The French have a clear idea of when they should be tipped. Bills in bars and restaurants include a service charge incorporated into the prices, but it's customary to round out your bill with some small change unless you're dissatisfied. The amount varies: anywhere from €0.50, if you've merely bought a beer, to €1–€3 (or more) after a meal. Tip taxi drivers and hair stylists about 10%. In some theaters and hotels, coat-check attendants may expect nothing (if there's a sign saying "pourboire interdit"—tips forbidden); otherwise give them €0.50–€1. Washroom attendants usually get €0.50, though the sum is often posted.
If you stay in a hotel for more than two or three days, it's customary to leave something for the chambermaid—about €1.50 per day. In expensive hotels you may well call on the services of a baggage porter (bellhop) and hotel porter and possibly the telephone receptionist. All expect a tip: plan on about €1.50 per item for the baggage porter, but the other tips will depend on how much you've used their services—common sense must guide you here. In hotels that provide room service, give €1 to the waiter (this does not apply to breakfast served in your room). If the chambermaid does some pressing, give her €1 on top of the charge made. If the concierge has been helpful, it's customary to leave a tip of €10–€20.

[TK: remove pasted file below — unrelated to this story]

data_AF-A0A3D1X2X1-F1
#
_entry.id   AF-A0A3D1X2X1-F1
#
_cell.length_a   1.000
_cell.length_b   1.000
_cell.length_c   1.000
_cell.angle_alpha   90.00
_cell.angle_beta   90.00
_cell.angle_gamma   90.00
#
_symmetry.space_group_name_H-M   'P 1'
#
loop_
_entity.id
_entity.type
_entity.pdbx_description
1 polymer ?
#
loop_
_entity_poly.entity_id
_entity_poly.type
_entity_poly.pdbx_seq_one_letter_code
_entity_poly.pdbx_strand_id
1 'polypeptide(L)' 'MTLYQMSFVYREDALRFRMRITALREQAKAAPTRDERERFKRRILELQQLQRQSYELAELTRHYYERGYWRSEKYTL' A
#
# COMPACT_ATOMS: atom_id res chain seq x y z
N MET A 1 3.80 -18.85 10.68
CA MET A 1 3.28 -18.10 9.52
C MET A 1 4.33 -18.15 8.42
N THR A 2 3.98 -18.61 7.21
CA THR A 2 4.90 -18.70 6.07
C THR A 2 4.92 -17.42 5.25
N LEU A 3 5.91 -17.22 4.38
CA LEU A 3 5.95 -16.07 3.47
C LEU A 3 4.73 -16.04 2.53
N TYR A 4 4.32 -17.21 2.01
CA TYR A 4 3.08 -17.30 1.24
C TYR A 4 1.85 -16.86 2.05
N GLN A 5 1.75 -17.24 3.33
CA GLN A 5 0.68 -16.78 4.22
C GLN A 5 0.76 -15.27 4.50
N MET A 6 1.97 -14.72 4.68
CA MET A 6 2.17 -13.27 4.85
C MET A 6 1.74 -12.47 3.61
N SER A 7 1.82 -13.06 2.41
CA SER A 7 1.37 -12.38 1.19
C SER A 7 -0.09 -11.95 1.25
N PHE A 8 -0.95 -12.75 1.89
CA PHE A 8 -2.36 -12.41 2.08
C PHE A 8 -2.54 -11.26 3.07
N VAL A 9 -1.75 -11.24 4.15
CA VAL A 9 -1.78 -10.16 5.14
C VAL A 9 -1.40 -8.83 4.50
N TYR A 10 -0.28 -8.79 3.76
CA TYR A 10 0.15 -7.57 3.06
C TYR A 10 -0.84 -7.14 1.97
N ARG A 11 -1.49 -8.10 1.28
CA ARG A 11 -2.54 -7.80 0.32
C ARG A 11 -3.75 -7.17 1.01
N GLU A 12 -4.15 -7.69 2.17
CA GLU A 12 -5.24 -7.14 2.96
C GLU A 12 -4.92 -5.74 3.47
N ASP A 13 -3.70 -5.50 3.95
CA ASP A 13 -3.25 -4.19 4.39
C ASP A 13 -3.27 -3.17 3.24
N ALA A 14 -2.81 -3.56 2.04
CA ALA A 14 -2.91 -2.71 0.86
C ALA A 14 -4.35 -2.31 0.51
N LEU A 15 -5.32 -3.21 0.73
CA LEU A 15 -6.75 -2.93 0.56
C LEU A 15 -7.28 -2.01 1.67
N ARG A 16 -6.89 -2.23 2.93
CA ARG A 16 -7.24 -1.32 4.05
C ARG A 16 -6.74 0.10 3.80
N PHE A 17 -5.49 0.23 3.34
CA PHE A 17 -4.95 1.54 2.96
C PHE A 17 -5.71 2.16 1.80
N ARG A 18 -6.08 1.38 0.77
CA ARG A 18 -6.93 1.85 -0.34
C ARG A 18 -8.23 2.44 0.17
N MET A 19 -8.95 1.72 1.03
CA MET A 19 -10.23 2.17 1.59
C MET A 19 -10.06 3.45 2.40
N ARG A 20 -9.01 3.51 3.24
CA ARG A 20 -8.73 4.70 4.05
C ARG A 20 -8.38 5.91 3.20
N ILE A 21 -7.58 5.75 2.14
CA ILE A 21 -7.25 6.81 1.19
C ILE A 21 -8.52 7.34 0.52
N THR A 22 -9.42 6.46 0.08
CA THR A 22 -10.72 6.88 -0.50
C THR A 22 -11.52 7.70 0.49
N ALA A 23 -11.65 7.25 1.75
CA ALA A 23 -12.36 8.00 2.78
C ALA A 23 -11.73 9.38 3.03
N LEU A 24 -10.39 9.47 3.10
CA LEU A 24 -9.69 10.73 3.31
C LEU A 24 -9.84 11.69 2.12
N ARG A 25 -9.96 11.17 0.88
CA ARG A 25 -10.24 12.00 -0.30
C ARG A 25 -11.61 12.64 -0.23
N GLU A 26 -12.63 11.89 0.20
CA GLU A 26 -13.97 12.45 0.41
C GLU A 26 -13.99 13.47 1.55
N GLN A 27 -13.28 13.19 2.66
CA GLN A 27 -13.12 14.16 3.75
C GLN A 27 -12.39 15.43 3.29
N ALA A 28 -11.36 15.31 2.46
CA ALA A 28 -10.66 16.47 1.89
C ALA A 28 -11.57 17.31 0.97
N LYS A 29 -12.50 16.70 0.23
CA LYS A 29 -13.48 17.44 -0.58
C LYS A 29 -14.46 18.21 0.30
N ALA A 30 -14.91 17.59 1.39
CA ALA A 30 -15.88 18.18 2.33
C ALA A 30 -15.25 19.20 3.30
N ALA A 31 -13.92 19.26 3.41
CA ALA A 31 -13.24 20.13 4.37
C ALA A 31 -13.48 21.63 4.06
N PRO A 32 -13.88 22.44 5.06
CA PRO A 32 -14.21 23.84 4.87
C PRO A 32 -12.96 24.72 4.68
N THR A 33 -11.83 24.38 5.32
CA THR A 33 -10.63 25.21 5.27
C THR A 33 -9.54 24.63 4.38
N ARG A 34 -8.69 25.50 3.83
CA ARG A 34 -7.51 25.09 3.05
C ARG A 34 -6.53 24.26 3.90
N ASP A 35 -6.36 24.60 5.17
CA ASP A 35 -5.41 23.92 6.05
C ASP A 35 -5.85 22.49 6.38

Museum guides should get €1–€1.50 after a guided tour.
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